On January 2020, armasuisse has issued the second request for proposal for new fighter aircraft to the government authorities where the four potential suppliers are located: Germany (Airbus Eurofighter), France (Dassault Rafale) and the USA (Boeing F/A-18 Super Hornet and Lockheed-Martin F-35A). The second request for proposal is based on the analysis of the first proposal and on findings from flight, simulator and ground tests as well as audits with armed forces operating the evaluated fighter aircraft. In the second request for proposal, the companies contacted via the government authorities are requested to submit the most advantageous offer for Switzerland.
Swiss officials have unveiled details of their envisioned reboot of the country’s aerial warfare and air-defense complex, setting the stage for purchases of aircraft and ground-based missiles totaling more than $8 billion. Buying the aircraft makes up the lion’s share of the Air 2030 program, at roughly $6 billion. The purchase of ground-based air-defense weaponry accounts for the rest.
The proposal should include the following elements:
- Prices for 36 and 40 aircraft, including defined logistics and weapons, as a binding starting point for the detailed negotiations with the selected candidate after the type selection
- Offers for cooperation between the armed forces and the procurement authorities of Switzerland and those of the supplier country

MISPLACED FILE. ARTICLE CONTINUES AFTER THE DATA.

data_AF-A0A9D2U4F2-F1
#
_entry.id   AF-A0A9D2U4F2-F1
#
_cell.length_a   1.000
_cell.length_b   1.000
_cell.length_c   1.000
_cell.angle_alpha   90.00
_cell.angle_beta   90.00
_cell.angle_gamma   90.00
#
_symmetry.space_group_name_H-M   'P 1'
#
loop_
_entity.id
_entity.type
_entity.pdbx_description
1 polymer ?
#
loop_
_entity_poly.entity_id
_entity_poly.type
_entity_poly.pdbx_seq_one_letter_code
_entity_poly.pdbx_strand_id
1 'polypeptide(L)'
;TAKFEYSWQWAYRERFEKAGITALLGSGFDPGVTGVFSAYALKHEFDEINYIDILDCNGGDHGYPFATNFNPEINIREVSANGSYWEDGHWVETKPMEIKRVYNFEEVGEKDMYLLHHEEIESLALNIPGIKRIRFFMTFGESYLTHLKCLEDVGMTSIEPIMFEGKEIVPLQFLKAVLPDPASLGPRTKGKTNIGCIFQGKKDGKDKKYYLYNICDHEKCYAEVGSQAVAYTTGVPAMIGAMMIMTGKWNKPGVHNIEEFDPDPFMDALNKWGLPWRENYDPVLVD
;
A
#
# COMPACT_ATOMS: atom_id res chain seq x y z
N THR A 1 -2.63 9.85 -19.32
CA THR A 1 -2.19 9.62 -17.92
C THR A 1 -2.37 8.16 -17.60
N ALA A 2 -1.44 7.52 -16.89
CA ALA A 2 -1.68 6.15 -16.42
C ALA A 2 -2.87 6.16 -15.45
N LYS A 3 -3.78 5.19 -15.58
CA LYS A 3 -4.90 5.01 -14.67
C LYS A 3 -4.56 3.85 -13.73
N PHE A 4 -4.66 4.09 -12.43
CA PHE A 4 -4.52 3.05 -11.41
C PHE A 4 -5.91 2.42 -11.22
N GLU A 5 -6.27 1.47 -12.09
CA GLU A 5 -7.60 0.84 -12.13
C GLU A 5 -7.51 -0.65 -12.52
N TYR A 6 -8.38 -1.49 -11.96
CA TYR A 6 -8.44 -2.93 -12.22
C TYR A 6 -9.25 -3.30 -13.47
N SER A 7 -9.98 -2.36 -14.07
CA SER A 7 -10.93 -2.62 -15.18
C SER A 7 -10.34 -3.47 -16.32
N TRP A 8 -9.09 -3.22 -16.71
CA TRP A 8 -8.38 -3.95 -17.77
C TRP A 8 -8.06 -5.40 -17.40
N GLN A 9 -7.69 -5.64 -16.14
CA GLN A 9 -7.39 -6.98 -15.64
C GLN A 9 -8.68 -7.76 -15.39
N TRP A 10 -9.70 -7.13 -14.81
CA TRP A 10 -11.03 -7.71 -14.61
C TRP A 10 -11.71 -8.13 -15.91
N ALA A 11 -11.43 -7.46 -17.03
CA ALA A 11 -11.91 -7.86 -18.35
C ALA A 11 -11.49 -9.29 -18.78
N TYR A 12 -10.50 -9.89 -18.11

- Envisaged or already initiated offset projects
The starting point for determining the number of fighter aircraft are the requirements to cope with a situation of increased tension. In such a situation, the Swiss Air Force must be able to permanently conduct air patrols with at least four aircraft for at least four weeks in order to preserve air sovereignty, prevent un-authorized use and violations of Swiss air space and thus contribute to keep Switzerland out of armed conflict. In addition, the Swiss Air Force will use the new fighter aircraft for air policing around the clock, and, in case of armed attack, defend the air space for a limited period of time and support the ground forces.
The proposal submitted by manufacturers also have to include a cooperation offer between the armed forces and the procurement authorities of Switzerland and those of the supplier country.
The tests carried out in recent months allowed the Swiss army to assess the ability of several fighters — here the Airbus Eurofighter, the Dassault Rafale, the Boeing F/A-18 Super Hornet and Lockheed-Martin F-35A — to carry out the Air Force missions. Indeed, the Swiss Air Force “must be able to permanently conduct air patrols with at least four aircraft for at least four weeks in order to preserve air sovereignty, prevent unauthorized use and violations of Swiss air space and thus contribute to keep Switzerland out of armed conflict”, underscores the DDPS. Air policing thus remains the keystone activity of Swiss fighters.
Switzerland which last fought a short war in 1847, a neutral country in WWII, has struggled in the past to persuade citizens to spend money on procurement of military equipment. In 2014, around 52% of Swiss voted against spending 3.5 billion franc to buy 22 Gripen fighter jets from Saab instead of spending the 3.5 billion franc on social security.
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